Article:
Nigeria generated an actual revenue of N3.9 trillion in 2020, compared to its targeted revenues of N5.36 trillion, thereby increasing the amount of money borrowed by the government to finance its budget.
The result of the revenue shortfall and increased expenditure is a fiscal deficit of about N6.1 trillion as against the N4.6 trillion budgeted by the government.
Minister for Finance, Zainab Ahmed, who disclosed this during the public presentation of the 2021 budget via Zoom, said total oil revenue was N1.5 trillion, about 50% higher than its budget of N1 trillion.
The government also reported that it received a dividend of N144 billion from its shareholdings in NLNG, up from N80.3 billion a year earlier.
The fall in oil prices in 2020 forced the government to revise its benchmark crude oil target price to $28 per barrel from the $57 per barrel originally set in the 2020 budget.
However, average oil prices sold during the year by the government was $43 per barrel as oil prices recovered in the second half of the year as the lockdown eased globally.
In terms of crude oil production output, the FG reported a total of 1.79 million barrels per day as against the revised 1.8 million barrels per day projected.
It is important to add that the increased oil revenue was also because of the devaluation of the exchange rate, which rose from a budget of N360/$1 to N379/$1 in the third quarter of the year.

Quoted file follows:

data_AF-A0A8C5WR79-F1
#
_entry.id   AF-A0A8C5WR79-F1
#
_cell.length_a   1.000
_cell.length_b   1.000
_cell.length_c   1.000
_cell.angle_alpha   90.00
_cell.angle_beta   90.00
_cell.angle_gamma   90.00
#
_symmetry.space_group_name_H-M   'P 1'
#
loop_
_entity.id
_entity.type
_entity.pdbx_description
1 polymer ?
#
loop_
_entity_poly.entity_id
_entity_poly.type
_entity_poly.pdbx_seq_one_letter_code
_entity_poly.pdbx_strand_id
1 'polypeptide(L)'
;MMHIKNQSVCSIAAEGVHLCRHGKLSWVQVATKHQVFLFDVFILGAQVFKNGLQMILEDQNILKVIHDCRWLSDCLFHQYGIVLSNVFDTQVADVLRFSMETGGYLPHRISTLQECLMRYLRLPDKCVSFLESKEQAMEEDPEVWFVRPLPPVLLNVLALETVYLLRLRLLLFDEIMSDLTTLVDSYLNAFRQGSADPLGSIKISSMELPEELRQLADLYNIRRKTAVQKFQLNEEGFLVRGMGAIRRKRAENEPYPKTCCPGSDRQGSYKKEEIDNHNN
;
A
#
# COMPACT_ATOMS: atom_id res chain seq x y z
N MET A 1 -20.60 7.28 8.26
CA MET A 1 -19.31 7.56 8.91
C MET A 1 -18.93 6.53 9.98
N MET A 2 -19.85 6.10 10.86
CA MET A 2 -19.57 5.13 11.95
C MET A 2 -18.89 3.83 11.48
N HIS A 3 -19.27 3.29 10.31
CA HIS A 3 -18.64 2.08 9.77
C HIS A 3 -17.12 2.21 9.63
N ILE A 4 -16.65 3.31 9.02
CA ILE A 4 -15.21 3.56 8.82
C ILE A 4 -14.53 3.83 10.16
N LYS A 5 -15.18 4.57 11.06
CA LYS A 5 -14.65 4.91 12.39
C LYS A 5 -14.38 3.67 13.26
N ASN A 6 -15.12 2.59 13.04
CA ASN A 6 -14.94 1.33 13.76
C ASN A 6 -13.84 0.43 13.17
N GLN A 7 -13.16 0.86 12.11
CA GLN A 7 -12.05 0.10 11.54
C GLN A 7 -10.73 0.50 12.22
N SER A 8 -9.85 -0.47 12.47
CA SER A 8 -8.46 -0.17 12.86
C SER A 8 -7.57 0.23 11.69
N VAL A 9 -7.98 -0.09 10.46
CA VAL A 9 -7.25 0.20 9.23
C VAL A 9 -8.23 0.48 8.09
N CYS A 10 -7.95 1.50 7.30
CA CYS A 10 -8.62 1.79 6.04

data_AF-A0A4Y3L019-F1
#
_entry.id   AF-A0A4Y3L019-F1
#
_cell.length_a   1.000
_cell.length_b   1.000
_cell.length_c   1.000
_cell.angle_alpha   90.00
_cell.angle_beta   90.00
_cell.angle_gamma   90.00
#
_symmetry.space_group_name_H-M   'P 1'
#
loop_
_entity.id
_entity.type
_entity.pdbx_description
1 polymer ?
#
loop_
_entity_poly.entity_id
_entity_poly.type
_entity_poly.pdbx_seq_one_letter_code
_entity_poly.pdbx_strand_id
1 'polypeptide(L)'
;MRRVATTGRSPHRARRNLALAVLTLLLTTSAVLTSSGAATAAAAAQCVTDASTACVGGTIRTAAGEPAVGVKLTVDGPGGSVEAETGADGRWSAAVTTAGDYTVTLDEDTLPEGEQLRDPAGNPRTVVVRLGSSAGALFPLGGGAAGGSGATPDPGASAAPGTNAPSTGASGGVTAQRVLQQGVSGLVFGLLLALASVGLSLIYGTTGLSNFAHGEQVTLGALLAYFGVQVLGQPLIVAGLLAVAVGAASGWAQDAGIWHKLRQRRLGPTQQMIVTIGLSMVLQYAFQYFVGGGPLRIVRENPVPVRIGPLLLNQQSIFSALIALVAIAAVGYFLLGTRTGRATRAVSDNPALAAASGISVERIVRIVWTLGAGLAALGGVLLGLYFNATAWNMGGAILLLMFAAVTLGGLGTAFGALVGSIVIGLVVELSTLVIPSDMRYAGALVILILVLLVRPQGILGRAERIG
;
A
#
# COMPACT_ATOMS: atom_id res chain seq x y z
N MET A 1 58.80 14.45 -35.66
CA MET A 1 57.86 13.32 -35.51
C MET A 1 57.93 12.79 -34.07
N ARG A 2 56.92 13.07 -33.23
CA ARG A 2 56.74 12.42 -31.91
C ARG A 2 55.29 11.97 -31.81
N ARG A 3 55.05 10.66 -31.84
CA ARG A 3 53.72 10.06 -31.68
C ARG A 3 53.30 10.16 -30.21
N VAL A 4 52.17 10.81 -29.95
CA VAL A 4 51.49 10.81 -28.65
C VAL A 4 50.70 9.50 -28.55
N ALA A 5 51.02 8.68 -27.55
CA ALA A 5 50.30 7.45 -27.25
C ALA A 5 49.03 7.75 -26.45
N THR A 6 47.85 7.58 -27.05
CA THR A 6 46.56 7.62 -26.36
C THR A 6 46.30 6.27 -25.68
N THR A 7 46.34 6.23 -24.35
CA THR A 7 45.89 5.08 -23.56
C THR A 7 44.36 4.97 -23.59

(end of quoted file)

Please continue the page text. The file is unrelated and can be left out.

Non-Oil revenue performance did worse with revenues falling 21% to N1.2 trillion. Non-oil revenues are mostly taxes, levies, and customs revenues.
Company Income Tax fell 18% to N673 billion while VAT revenue suffered a 32% drop to generate a N196 billion in revenue.
Customer revenue also fell 12% to N396 billion despite the effect of the border closure.
The Nigerian economy was shut down in April 2020 and operated with several limitations amidst government requirements for Nigerians to maintain social distancing and avoid crowded areas.
This impacted business operations across the country, indirectly affecting their ability to generate revenues that would have been taxed.
Despite the revenue shortfalls, the government still managed to outspend its expenditure targets, reporting a total of N10 trillion compared to a target of N9.9 trillion which was appropriated.
The report also reveals that of the expenditure, N3.27 trillion was for debt service, and N3.19 trillion for Personnel cost, including Pensions. It also revealed that 1.80 trillion had been released for capital expenditure, which is about 89% of the provision for capital.
The government plans to incur a budget deficit of N5.60trillion for 2021, representing 3.93% of GDP.
It will fund this via N2.34 trillion each in domestic and foreign borrowing and another N709 billion from multilateral sources.
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